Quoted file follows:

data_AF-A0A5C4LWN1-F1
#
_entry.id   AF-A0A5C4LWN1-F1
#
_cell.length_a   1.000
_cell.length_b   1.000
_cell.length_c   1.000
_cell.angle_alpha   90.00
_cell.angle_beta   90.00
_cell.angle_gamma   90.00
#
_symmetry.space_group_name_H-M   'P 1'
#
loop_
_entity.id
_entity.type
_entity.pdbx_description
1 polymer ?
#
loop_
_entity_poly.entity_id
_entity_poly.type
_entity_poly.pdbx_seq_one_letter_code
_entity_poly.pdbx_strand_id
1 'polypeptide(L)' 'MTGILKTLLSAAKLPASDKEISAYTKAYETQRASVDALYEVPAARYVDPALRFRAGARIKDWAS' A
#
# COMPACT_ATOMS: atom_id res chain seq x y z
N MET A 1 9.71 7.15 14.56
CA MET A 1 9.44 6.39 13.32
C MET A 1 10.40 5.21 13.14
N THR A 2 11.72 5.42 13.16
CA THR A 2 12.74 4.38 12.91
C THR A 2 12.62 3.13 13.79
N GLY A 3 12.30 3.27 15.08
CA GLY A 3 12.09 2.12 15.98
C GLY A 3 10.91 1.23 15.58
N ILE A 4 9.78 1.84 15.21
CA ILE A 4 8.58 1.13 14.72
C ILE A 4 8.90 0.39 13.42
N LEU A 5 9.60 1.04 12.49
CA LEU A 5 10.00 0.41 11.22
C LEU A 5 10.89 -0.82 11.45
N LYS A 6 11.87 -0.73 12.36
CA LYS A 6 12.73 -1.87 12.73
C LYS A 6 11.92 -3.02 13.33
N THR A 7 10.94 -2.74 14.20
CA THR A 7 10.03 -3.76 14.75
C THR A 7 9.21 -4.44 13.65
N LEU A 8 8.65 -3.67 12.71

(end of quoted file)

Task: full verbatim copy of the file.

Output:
data_AF-A0A5C4LWN1-F1
#
_entry.id   AF-A0A5C4LWN1-F1
#
_cell.length_a   1.000
_cell.length_b   1.000
_cell.length_c   1.000
_cell.angle_alpha   90.00
_cell.angle_beta   90.00
_cell.angle_gamma   90.00
#
_symmetry.space_group_name_H-M   'P 1'
#
loop_
_entity.id
_entity.type
_entity.pdbx_description
1 polymer ?
#
loop_
_entity_poly.entity_id
_entity_poly.type
_entity_poly.pdbx_seq_one_letter_code
_entity_poly.pdbx_strand_id
1 'polypeptide(L)' 'MTGILKTLLSAAKLPASDKEISAYTKAYETQRASVDALYEVPAARYVDPALRFRAGARIKDWAS' A
#
# COMPACT_ATOMS: atom_id res chain seq x y z
N MET A 1 9.71 7.15 14.56
CA MET A 1 9.44 6.39 13.32
C MET A 1 10.40 5.21 13.14
N THR A 2 11.72 5.42 13.16
CA THR A 2 12.74 4.38 12.91
C THR A 2 12.62 3.13 13.79
N GLY A 3 12.30 3.27 15.08
CA GLY A 3 12.09 2.12 15.98
C GLY A 3 10.91 1.23 15.58
N ILE A 4 9.78 1.84 15.21
CA ILE A 4 8.58 1.13 14.72
C ILE A 4 8.90 0.39 13.42
N LEU A 5 9.60 1.04 12.49
CA LEU A 5 10.00 0.41 11.22
C LEU A 5 10.89 -0.82 11.45
N LYS A 6 11.87 -0.73 12.36
CA LYS A 6 12.73 -1.87 12.73
C LYS A 6 11.92 -3.02 13.33
N THR A 7 10.94 -2.74 14.20
CA THR A 7 10.03 -3.76 14.75
C THR A 7 9.21 -4.44 13.65
N LEU A 8 8.65 -3.67 12.71